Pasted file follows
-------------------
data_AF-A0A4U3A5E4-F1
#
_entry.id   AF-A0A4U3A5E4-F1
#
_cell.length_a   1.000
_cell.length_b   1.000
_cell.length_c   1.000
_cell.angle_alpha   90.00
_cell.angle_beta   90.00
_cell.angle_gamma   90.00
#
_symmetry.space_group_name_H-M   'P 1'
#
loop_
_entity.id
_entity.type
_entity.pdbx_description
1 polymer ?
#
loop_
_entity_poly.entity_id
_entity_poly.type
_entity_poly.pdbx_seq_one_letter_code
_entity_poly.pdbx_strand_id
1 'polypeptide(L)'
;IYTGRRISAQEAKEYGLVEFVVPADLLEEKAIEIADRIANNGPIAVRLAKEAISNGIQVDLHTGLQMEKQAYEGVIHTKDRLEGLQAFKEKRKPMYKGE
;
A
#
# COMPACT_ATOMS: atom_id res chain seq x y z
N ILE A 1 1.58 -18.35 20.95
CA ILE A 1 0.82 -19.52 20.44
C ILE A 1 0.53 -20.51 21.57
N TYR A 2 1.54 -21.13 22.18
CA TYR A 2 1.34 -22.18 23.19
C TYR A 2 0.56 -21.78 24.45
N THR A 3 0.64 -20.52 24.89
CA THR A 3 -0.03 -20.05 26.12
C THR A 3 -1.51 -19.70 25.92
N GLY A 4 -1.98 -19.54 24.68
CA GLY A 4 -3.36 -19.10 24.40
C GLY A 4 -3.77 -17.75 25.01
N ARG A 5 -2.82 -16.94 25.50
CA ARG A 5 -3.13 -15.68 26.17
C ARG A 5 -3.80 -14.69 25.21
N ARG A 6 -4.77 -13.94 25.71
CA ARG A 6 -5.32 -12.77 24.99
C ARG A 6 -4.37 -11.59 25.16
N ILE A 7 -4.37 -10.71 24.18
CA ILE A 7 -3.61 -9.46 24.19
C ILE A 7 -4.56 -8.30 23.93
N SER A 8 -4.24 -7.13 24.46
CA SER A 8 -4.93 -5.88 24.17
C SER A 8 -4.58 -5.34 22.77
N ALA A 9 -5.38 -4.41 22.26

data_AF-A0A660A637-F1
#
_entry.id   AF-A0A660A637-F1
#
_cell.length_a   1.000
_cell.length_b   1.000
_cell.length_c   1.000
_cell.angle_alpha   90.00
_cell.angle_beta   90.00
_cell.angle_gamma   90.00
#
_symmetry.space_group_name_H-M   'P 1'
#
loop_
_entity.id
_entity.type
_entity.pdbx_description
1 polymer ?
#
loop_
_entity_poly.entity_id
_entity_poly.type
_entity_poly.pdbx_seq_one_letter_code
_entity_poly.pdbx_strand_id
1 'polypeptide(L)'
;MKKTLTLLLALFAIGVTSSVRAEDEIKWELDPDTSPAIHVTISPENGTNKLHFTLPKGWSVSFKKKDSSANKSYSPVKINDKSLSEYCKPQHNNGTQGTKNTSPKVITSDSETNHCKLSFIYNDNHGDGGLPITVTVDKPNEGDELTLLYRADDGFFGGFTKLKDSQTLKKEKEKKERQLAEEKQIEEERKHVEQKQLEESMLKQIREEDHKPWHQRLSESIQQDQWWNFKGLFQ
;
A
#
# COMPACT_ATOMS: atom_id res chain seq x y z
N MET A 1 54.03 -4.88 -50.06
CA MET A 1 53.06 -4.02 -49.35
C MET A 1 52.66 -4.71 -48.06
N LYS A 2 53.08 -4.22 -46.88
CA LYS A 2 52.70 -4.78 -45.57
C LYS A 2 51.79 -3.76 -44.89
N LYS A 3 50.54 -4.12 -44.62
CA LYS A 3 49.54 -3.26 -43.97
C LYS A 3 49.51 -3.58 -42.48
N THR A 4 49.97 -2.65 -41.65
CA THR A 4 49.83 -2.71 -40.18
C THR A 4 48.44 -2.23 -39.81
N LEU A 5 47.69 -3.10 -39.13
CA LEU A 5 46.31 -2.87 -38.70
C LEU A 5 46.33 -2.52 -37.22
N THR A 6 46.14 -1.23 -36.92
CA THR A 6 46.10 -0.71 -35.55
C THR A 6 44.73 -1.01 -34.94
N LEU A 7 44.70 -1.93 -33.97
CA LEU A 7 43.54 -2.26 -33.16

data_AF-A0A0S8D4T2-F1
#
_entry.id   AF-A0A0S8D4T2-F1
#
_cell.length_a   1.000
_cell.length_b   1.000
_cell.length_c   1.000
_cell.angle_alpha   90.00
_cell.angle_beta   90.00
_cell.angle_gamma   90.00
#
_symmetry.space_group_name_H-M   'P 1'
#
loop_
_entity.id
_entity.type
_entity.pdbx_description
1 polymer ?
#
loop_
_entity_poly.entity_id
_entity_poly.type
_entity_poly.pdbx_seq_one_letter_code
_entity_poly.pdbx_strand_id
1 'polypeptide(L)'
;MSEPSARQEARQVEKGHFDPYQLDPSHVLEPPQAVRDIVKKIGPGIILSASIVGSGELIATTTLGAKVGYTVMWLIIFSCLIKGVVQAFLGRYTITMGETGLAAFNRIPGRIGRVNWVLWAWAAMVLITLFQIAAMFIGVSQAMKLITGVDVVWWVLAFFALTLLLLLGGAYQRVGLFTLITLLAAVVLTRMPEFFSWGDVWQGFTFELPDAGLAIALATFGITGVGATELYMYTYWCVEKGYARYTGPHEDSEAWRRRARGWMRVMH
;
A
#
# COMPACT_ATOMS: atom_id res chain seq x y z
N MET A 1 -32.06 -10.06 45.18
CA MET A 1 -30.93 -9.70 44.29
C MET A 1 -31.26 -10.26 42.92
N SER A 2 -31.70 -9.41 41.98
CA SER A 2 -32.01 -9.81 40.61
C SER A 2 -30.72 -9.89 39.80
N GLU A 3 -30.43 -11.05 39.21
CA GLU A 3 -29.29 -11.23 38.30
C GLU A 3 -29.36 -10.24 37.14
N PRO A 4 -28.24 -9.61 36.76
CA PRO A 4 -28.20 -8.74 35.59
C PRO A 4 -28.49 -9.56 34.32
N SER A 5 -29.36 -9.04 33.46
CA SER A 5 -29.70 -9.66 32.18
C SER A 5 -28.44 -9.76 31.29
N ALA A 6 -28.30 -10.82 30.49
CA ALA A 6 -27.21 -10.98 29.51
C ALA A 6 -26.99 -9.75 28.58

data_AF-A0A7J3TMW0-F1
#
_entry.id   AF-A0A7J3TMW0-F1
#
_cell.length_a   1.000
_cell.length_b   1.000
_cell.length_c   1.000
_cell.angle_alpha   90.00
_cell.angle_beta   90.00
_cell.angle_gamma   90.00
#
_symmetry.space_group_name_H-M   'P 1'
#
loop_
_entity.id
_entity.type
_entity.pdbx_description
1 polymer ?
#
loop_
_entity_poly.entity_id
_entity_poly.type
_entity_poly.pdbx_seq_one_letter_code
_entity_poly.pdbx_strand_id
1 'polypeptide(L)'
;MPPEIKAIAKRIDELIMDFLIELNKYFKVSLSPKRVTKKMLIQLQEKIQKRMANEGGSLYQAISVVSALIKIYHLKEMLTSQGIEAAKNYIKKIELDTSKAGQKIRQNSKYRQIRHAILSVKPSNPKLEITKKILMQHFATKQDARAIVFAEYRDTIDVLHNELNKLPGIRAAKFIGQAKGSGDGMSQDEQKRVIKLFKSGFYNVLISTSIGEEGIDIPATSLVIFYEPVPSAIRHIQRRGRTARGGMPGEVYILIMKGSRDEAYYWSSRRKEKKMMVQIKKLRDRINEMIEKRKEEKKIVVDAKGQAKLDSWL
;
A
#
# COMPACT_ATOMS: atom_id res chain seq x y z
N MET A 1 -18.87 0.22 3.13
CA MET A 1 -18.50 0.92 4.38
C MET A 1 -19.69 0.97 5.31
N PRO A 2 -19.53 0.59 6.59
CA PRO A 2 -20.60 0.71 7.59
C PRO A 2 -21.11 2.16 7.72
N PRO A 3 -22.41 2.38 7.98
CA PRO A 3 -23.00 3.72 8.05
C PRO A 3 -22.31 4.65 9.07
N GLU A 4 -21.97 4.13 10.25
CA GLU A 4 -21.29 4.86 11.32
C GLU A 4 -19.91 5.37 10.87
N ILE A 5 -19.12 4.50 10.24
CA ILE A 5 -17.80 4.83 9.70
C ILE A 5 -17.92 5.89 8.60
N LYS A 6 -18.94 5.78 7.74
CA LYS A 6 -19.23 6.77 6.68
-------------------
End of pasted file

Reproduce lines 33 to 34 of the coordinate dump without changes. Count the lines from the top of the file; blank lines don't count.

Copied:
C ILE A 1 0.53 -20.51 21.57
N TYR A 2 1.54 -21.13 22.18